Monday, July 14, 2008

Life Saving Heart Surgeon Dies But Tony Snow Death More Newsworthy

Dr. Michael E. DeBakey died Friday night, July 11, 2008. He was 99 years old. For more than half a century, the son of Lebanese immigrants, routinely saved thousands of lives everyday, many with his own hands.

But, few know Dr. DeBakey died because Tony Snow, television and radio talking head, and White House mouthpiece died July 12, 2008. Never mind he never saved anyone's life with revolutionary medical treatment, he was, by all accounts, a really nice guy.

Dr. DeBakey gained notoriety as a cardiovascular surgeon pioneering surgical procedures that are accepted as common place today, but were miraculous when I was a kid and everyone knew his name. In 1908, when only 24 years old and still in medical school, DeBakey invented the roller pump, the part that makes heart and lung machines work. When patients are in surgery today and their heart and/or lungs must stop for repair or replacement, the body is hooked-up to the heart and lung machine that breathes and pumps blood for the patient.

Not as important as the contributions of Tony Snow, though. Tony Snow, television and radio talking head, and White House mouthpiece, who died July 12, 2008, was the first host of "Fox News Sunday" for seven years. Then he hosted 'Weekend Live with Tony Snow". Gloria Borger of US News & World Report told CNN's Wolf Blitzer, Snow "could disagree with you without being disagreeable. ... So smart, so engaging. And one of his talents was listening. That's why he was such a good host of the Sunday show. He was such a good listener. And he was able to respond to you by just taking apart your argument. And he did it so well, but always with a generous nature."

Michael DeBakey always wanted to be a doctor and he was for 70 years. Retiring from his day almost always near midnight and waking everyday at 4 A.M. to go back to the work of saving lives. That earned him the additional reputation as a tireless worker and a stern task master. In his career, DeBakey performed over 60,000 heart surgeries while caring for scores of other patients at the same time.

In a lifetime of medical innovation, DeBakey contributed to the development of artificial hearts and heart pumps that sustained the lives of thousands of patients awaiting transplants. In his spare time, he helped create over 70 surgical instruments needed in the revolutionary surgeries he developed.

Let's not let that get in the way of immortalizing Tony Snow, television and radio talking head, and White House mouthpiece, who died July 12, 2008 who was hired on by the Bush administration as White House Press Secretary to replace Scott McClellan, who recently wrote a tell all book about meetings he never attended because he was only a press secretary. Snow's new job was tough. He had to stand for up to a whole hour answering questions from the American and foreign press corps.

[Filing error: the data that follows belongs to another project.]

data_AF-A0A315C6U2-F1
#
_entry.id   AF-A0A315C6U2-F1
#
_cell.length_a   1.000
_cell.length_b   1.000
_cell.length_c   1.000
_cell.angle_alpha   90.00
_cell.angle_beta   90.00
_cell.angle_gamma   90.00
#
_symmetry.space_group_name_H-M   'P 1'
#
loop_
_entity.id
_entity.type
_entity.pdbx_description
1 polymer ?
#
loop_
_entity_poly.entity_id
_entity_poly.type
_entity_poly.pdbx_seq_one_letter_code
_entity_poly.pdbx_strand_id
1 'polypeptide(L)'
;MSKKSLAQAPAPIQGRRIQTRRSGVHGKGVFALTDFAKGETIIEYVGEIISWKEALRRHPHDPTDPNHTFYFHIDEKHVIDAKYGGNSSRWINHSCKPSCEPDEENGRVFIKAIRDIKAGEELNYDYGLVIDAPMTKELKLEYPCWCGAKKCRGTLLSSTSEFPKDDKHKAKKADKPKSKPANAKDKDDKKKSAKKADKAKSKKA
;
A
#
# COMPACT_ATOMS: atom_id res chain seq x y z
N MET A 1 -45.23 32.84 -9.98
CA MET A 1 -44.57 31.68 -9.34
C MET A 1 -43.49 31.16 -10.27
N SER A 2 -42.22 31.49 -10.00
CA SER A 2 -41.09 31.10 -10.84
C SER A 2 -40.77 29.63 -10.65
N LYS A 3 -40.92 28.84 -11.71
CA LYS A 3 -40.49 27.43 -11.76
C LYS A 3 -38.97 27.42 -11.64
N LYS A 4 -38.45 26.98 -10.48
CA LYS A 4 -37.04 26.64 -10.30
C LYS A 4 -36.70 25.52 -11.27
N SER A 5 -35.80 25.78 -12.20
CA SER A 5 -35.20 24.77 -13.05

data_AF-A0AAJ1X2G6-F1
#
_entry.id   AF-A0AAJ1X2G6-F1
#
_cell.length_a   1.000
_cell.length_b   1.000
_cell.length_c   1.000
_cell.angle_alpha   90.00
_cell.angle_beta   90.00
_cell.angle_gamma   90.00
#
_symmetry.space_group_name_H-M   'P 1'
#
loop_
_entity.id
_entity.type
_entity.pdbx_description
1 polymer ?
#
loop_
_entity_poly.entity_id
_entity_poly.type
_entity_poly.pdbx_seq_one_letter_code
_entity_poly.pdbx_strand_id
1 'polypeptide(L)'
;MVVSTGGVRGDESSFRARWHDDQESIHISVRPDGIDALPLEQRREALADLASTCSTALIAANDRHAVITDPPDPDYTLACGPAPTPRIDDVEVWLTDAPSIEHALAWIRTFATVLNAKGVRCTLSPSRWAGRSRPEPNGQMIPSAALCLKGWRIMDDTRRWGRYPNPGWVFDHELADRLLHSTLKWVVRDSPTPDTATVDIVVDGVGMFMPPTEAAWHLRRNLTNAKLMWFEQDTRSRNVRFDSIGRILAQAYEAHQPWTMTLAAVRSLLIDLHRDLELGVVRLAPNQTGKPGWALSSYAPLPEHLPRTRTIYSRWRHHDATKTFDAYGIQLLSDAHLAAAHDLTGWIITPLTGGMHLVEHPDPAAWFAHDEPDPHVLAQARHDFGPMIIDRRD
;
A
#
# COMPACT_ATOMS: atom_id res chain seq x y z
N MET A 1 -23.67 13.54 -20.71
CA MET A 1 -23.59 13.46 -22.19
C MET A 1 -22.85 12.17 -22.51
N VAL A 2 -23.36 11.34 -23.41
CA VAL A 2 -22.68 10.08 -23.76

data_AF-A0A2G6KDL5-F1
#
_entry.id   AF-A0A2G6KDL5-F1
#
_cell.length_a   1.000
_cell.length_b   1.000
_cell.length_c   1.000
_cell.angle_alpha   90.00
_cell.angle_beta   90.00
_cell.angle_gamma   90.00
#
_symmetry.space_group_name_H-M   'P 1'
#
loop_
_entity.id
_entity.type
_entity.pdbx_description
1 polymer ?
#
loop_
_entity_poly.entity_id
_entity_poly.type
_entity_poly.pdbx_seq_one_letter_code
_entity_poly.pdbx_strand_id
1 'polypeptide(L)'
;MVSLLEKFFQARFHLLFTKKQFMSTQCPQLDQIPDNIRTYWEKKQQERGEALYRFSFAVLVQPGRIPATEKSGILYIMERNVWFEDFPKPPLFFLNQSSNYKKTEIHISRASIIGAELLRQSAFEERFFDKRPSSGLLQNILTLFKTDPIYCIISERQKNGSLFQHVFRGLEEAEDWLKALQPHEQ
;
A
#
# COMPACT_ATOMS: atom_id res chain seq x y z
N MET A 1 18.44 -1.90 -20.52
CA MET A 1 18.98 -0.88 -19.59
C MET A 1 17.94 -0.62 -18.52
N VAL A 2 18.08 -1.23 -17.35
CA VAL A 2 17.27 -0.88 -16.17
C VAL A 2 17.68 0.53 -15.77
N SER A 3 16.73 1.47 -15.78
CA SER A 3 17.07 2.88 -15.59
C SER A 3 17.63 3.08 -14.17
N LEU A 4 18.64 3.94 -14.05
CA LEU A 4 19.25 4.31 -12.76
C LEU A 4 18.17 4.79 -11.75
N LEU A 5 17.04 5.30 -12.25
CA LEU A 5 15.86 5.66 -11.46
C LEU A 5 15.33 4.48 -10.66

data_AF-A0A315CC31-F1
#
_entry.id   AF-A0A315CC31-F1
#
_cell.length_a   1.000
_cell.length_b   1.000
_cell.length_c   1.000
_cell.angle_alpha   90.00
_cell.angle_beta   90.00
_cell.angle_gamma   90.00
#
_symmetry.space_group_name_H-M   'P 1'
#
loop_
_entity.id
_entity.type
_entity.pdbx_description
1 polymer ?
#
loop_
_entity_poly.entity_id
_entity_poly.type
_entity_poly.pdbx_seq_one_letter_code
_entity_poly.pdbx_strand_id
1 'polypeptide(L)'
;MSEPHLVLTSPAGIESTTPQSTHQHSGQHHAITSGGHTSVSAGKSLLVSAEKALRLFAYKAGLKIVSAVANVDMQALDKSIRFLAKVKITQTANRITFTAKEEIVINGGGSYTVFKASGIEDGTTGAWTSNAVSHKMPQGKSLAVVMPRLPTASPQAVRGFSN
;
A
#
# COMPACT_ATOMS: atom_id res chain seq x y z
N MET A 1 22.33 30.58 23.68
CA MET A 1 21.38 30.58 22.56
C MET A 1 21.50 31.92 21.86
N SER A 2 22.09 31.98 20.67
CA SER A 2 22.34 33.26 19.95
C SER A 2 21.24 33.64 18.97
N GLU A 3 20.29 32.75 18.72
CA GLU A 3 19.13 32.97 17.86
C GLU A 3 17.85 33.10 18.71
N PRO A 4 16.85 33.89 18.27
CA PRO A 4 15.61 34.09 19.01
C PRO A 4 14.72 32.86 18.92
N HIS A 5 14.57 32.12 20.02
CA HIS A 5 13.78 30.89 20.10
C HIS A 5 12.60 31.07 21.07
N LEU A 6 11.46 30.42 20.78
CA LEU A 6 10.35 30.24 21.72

In the 1950s, DeBakey was first to perform surgical replacement of arterial aneurysms and obstructive lesions. Later, he invented bypass pumps and connections to replace excised portions of diseased arteries. DeBakey performed the first Dacron graft, replacing part of an occluded (clogged) artery. He started working with coronary arterial bypass surgeries in the 1960s.

Shortly after Dr. Christian Barnard performed the first successful human heart transplant in South Africa, Dr. DeBakey was among the first in the US to try the procedure. The high rejection rate caused a halt to heart transplants until the anti-rejection drug, cyclosporin, was introduced in the 1980s. After a 14 year hiatus, DeBakey returned to heart transplant surgery which is now a common and successful procedure.

Among the tens on thousands of patients DeBakey treated were world leaders press secretaries only talk about. Presidents Kennedy, Johnson, and Nixon put themselves in DeBakeys hands. So did former Russian President Boris Yeltsin, the Shah of Iran, King Hussein of Jordan, Turkish President Turgut Ozal, and Nicaraguan leader Violetta Chamorro. In the late 1990s, DeBakey actively helped create the Michael E. DeBakey Heart Institute at Hays Medical Center in Hays, Kansas which continues the work DeBakey started and still treats world leaders.

Back in Washington D.C., Tony Snow, television and radio talking head, and White House mouthpiece, who died July 12, 2008, quit his job in 2007 as White House Press Secretary when he was diagnosed with cancer.

Still working in early 2006, aged 97 years, Dr. DeBakey had surgery to repair a torn aorta using a proceedure he had developed now known as the DeBakey Procedure. Diana Cooper DeBakey, DeBakey's first wife, died after a heart attack in 1972. Her doctor husband could not save his own wife.